Examples: Ergobaby Carriers (Ergobaby Adapt, Ergobaby 360 All Positions, Ergobaby Omni 360 All-in-One) offer wide, padded shoulder straps and waistband with an extraordinary lumbar support.
Source: Babywearing International
We encourage you to print this quick baby-wearing reminder. It will help you to remember the basics of babywearing safety.
On Babywearing International website you can find useful pictures to learn how to position the child in a carrier and you can read more about babywearing safety rules.
The T.I.C.K.S Rule for Safe Babywearing
The TICKS Rule for Safe Babywearing checklist made by the UK Sling Consortium gather almost same rules, just under different acronyms. Choose whichever is easier for you to remember. Both TICKS and ABC safety rules should be followed regardless the type of the carrier and baby’s age.
T – TIGHT
"T" stands for "Tight". The carrier should be tight enough to keep your baby close to you. Prevent slumping. Any loose fabric may allow your baby to slump down in the carrier which can hinder their breathing.
I - IN VIEW AT ALL TIMES
"I" stands for “In view at all times”. You should always be able to see your baby’s face by simply glancing down. The fabric of a sling or carrier should not close around them so you have to open it to check on them. In a cradle position, your baby should face upwards, never turned in towards your body.You should be able to always see baby’s face.
C - CLOSE ENOUGH TO KISS
"C" stands for "Close enough to kiss". Your baby’s head should be close to your chin so you could kiss you baby's head or forehead at any moment, by simply tipping your head forward.
OUR TIP: When wearing a newborn or a smaller infant, it helps to buckle the waist belt higher on your waist. It helps to fix the baby higher, to “kissable level”.
K - KEEP CHIN OFF THE CHEST
"K" stands for "keep chin off the chest". Your baby should never be curled with chin forced onto the chest. Ensure there is always a space of at least a finger width under your baby’s chin.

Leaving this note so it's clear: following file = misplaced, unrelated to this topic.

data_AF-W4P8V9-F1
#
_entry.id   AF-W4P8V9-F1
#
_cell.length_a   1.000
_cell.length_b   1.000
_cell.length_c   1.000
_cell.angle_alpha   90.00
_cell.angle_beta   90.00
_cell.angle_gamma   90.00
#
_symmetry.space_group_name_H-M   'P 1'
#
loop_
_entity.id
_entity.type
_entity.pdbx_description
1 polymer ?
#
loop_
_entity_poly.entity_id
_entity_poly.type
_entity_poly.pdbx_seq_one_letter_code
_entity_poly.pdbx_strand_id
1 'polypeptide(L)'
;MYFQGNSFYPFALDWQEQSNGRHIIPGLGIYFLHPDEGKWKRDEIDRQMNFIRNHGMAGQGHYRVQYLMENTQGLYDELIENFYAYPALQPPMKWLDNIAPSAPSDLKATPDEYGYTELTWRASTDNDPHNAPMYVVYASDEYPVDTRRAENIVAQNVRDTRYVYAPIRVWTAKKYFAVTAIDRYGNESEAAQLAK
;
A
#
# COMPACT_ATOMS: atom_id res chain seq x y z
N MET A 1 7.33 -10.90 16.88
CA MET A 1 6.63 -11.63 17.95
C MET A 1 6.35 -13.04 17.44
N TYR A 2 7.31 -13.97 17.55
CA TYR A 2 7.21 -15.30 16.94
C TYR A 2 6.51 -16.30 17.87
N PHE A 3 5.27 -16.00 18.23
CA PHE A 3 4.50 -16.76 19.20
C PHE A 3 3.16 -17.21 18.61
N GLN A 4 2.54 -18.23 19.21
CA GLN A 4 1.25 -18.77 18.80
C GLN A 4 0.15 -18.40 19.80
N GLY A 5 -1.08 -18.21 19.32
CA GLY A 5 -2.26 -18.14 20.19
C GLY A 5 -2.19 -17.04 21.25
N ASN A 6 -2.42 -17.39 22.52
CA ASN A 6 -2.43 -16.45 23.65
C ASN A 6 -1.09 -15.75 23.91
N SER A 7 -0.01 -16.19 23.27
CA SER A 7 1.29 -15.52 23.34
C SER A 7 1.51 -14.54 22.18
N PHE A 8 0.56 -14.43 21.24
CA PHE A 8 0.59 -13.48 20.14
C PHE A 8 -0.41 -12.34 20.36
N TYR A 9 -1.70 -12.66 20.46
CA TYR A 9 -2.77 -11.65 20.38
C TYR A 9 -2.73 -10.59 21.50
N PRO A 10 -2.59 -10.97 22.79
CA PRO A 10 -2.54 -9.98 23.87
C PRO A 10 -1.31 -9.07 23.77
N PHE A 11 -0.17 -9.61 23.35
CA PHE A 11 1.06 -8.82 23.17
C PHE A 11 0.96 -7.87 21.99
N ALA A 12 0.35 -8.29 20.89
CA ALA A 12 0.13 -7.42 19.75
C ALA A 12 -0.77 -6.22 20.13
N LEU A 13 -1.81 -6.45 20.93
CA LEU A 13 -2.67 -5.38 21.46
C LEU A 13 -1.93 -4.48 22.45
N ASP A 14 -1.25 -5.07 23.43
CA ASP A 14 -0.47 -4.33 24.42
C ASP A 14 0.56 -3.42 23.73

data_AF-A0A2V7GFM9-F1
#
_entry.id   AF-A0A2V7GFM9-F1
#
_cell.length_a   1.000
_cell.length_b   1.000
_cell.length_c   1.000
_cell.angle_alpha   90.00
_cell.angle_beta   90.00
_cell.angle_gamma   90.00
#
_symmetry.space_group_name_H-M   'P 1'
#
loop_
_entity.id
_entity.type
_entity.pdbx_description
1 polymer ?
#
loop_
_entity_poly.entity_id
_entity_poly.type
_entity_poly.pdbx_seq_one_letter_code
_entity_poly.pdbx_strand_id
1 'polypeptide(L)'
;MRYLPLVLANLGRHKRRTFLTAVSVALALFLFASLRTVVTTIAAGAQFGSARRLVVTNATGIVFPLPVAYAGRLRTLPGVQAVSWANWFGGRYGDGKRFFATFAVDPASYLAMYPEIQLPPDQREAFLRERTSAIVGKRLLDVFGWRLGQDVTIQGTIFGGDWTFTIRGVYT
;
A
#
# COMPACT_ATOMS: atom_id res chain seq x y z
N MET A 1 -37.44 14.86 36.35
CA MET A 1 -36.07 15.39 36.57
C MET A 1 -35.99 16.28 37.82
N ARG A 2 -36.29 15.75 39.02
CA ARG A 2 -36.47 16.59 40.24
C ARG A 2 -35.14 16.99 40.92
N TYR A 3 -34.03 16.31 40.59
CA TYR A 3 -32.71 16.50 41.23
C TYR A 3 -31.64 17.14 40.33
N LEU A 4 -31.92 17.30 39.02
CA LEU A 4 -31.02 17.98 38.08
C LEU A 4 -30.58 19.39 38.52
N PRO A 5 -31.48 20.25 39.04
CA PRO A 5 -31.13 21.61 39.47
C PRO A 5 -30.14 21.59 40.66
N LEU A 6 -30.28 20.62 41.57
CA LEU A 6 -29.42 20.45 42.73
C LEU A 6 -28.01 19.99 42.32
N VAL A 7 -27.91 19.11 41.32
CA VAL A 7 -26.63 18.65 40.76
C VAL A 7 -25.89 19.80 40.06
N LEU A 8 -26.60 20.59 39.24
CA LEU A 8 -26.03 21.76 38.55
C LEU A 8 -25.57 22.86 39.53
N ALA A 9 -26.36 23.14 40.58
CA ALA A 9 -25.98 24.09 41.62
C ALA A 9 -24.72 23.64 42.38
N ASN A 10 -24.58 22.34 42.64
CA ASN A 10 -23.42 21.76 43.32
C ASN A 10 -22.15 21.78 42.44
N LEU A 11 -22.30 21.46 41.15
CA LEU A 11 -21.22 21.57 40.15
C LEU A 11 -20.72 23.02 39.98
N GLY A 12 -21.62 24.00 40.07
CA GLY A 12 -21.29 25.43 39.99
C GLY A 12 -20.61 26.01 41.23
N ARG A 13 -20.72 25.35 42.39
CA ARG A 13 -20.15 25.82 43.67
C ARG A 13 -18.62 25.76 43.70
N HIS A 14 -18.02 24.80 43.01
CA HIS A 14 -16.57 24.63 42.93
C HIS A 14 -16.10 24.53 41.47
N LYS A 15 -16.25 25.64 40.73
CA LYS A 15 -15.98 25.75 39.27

S - SUPPORTED BACK
"S" stands for "supported back". In an upright carry a baby should be held comfortably close to the wearer so the baby's back is supported in its natural position. Newborns and infants need the most the support for their still developing back. However, even when the baby can sit upright and hold his head up, the s back support is still needed especially when baby falls asleep in a carrier, as the muscle tone decreases then.
Our babywearing safety recommendations
To those basic babywearing safety rules we would like to add three important points.
Appropriate product care and maintenance is very important. Regardless the type of baby carrier you’re using follow the producer recommendation for product care and maintenance. You should also always inspect your baby carrier for wear or damage before use. Check you carrier regularly for any damages or signs of wear like worn fabrics or loose stitching, which may decrease its safety quality. If you notice such things, consider contacting the manufacturer.
Practice makes perfect
If you’re a babywearing-beginner practice using and adjusting a carrier or sling with a spotter or at least over a bed, couch or low to the ground until you feel confident. It’s important especially with wraps that require learning how to make a secure tie, as well as using a baby carrier on your back. If you need help to install your baby at the beginning do not hesitate to ask for help. It can be a friend, or a partner. You can also participate in a babywearing workshop or consult a babywearing educator.
Always exercise common sense !
You should avoid babycarring in situations that it would not be safe to carry an infant in your arms. Always exercise common sense while babywearing.